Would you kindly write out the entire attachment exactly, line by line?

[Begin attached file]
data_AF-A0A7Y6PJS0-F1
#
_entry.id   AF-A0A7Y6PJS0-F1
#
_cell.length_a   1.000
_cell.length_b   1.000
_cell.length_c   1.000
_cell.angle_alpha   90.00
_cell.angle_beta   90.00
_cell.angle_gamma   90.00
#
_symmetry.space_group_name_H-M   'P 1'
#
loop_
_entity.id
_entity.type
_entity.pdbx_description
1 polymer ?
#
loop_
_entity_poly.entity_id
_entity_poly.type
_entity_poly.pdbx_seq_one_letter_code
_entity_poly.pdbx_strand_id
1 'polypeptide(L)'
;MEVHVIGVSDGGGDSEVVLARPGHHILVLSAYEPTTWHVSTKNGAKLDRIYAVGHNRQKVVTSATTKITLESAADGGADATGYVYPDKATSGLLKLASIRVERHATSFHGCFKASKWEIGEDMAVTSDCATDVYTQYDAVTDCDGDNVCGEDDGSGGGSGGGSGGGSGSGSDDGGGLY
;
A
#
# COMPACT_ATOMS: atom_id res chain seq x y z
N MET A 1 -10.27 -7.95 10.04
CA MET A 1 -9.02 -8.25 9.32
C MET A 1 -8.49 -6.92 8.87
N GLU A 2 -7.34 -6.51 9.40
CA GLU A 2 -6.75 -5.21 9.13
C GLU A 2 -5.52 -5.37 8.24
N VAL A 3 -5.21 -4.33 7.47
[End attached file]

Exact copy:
data_AF-A0A7Y6PJS0-F1
#
_entry.id   AF-A0A7Y6PJS0-F1
#
_cell.length_a   1.000
_cell.length_b   1.000
_cell.length_c   1.000
_cell.angle_alpha   90.00
_cell.angle_beta   90.00
_cell.angle_gamma   90.00
#
_symmetry.space_group_name_H-M   'P 1'
#
loop_
_entity.id
_entity.type
_entity.pdbx_description
1 polymer ?
#
loop_
_entity_poly.entity_id
_entity_poly.type
_entity_poly.pdbx_seq_one_letter_code
_entity_poly.pdbx_strand_id
1 'polypeptide(L)'
;MEVHVIGVSDGGGDSEVVLARPGHHILVLSAYEPTTWHVSTKNGAKLDRIYAVGHNRQKVVTSATTKITLESAADGGADATGYVYPDKATSGLLKLASIRVERHATSFHGCFKASKWEIGEDMAVTSDCATDVYTQYDAVTDCDGDNVCGEDDGSGGGSGGGSGGGSGSGSDDGGGLY
;
A
#
# COMPACT_ATOMS: atom_id res chain seq x y z
N MET A 1 -10.27 -7.95 10.04
CA MET A 1 -9.02 -8.25 9.32
C MET A 1 -8.49 -6.92 8.87
N GLU A 2 -7.34 -6.51 9.40
CA GLU A 2 -6.75 -5.21 9.13
C GLU A 2 -5.52 -5.37 8.24
N VAL A 3 -5.21 -4.33 7.47